** Rogue, in particular, is a psychiatric marvel in that after all the psychic and psychological trauma she endured before and after joining the X-Men she didn't have to end her days committed to a mental hospital for life.
* TimeTravel: Starting with "Days of Future Past".
* TooDumbToLive: One fitting most X-Men media, the military and police's attempts to stop evil mutants, but particularly ones like Magneto. How many times must they throw metal tanks, missles, bullets, etc. at him only to have them effortlessly stopped and often turned against them before they realize that is not ever going to work?
* TraumaticSuperpowerAwakening: How several powers are attained, combined with PubertySuperpower.
* TrueLoveIsBoring: Don't expect many couples to last.
* {{Tsundere}}: Hellion is type A towards X-23.
* UnstoppableRage: When Steven Lang kidnaps the Professor and Jean Grey, Cyclops gets ''angry''. Angry enough that he nearly beats Steven Lang to death. The only reason he doesn't is because of Jean and a Sentinel. Even imprisoned, Cyclops is so angry he manages to break free of his restrains, and tries all over again.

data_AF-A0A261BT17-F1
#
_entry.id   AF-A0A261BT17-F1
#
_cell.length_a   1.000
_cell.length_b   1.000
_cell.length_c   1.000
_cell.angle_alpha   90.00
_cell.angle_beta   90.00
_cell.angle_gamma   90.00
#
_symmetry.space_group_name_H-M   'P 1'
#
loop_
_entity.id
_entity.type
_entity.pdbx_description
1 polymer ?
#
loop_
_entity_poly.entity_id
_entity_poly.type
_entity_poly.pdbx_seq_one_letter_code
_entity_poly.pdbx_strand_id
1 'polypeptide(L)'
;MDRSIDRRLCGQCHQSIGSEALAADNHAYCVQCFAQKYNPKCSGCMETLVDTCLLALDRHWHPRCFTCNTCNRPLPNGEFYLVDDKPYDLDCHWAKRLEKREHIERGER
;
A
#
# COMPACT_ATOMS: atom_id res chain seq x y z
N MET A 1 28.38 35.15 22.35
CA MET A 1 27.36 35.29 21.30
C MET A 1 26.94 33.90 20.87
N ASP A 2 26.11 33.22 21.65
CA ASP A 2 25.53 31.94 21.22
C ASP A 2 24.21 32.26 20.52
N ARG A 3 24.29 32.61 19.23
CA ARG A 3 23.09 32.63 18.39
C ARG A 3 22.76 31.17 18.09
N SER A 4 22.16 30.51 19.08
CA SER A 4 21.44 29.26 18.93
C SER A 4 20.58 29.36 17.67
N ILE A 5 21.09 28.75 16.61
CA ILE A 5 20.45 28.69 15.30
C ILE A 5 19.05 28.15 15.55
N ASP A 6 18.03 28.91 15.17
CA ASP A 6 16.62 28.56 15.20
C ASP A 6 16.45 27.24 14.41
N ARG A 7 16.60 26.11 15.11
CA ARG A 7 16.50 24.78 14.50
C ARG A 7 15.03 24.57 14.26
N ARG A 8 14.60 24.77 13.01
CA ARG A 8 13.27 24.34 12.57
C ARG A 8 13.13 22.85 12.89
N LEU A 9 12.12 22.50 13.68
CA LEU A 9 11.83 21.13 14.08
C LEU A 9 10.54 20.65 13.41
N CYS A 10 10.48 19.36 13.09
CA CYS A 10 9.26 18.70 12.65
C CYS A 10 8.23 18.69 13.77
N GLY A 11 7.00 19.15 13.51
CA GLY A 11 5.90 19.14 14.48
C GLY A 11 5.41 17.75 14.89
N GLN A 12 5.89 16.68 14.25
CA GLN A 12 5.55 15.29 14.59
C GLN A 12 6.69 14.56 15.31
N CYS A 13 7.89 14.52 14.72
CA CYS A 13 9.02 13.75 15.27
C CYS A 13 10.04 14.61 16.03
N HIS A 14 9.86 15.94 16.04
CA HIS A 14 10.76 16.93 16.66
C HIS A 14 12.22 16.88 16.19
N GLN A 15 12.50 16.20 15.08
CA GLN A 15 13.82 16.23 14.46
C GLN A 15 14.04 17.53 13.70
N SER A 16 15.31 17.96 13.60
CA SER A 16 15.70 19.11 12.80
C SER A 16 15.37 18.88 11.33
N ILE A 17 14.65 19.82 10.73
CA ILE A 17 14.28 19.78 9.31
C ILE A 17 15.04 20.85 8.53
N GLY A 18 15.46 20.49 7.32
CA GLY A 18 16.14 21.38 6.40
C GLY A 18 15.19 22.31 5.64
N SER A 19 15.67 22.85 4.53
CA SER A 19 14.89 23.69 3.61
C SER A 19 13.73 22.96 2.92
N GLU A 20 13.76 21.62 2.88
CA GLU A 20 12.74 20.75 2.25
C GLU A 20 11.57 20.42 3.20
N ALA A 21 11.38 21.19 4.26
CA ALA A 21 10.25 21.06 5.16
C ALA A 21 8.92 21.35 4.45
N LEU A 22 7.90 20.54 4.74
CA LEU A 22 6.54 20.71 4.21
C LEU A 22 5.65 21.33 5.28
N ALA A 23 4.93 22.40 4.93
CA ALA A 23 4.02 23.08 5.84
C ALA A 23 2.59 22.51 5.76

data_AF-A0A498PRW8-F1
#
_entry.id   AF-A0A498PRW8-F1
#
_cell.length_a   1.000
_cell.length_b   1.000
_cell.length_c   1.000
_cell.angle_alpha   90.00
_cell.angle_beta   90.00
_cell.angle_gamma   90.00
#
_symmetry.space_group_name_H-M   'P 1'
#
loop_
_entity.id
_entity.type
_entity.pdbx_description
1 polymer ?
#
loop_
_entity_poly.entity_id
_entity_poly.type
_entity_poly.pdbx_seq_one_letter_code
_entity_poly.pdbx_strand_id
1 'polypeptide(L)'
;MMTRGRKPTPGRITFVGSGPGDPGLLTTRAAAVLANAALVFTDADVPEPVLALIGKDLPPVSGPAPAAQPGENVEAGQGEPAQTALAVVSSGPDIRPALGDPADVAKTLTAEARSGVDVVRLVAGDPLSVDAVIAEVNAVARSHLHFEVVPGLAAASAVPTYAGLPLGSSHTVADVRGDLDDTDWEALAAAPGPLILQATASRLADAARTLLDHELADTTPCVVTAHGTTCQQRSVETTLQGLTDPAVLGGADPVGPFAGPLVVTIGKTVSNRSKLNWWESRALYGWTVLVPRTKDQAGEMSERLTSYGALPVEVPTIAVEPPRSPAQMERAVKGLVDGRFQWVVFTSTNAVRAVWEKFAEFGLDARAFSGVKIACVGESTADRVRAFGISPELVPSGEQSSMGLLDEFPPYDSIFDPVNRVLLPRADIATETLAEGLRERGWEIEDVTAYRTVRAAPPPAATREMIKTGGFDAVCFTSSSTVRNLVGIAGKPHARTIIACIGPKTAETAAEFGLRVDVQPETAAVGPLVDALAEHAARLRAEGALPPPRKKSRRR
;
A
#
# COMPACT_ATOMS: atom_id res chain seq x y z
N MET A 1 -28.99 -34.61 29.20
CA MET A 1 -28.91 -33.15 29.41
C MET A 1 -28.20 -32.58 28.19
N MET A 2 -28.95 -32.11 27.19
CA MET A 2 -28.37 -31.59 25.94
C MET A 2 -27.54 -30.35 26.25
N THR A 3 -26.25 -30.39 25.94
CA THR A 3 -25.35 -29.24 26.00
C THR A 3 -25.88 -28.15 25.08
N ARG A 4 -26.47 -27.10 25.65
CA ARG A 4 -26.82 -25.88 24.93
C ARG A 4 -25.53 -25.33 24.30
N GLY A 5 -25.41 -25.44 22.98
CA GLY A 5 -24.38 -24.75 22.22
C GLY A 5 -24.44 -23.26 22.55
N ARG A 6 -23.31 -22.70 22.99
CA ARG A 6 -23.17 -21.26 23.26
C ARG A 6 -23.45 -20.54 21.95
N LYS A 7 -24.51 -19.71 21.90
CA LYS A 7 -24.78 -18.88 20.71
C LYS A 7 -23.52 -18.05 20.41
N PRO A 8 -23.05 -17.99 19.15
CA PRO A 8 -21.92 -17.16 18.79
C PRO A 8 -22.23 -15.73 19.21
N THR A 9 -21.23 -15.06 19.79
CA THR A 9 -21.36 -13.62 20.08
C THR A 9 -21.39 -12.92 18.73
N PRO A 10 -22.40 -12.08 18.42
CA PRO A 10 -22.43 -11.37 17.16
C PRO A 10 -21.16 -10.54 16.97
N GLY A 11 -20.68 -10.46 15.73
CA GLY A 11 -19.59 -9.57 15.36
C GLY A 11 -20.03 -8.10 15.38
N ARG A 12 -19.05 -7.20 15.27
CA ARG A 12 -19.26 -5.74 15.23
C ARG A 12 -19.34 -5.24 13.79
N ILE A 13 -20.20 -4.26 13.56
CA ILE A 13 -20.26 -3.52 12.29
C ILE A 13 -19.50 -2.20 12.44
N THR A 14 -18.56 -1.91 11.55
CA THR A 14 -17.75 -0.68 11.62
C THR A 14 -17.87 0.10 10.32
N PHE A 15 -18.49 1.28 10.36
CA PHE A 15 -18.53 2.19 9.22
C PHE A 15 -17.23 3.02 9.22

* UseYourHead: The Juggernaut
* SugarWiki/VillainWhitewashingService: The X-Men franchise is [[MoralDissonance littered with]] this trope.
* VocalMinority: [[invoked]] An In Unverse version. Most mutants that are seen are usually relatively powerful, but its been said that most mutants are either relatively weak, or even completely harmless, but are still treated to the same stuff the actual dangerous ones are, and is usually the reason the Mutants are a minority metephor works. But of course, no one wants to read a comic about a group of people who only have an extra pair of hands or the ability to glow.
* WalkDontSwim: Juggernaut's default method of crossing bodies of water.
* WeaponizedOffspring: The minor villain Tusk could create smaller copies of himself.
* WhamEpisode:
** Uncanny X-Men issue 105: The alien that has been haunting Xavier's dreams [[DramaticUnmask reveals themselves]]... and just happens to be a beautiful woman.
** Uncanny X-Men issue 275: Magneto renounces his attempt at reforming, and kills Zaladane.
** Uncanny X-Men issue 388: The Muir Island facility is totalled.
** X-Men issue 108: Moira Mactaggert passes on, despite the best efforts of the X-Men. And Senator Kelly is murdered by a human.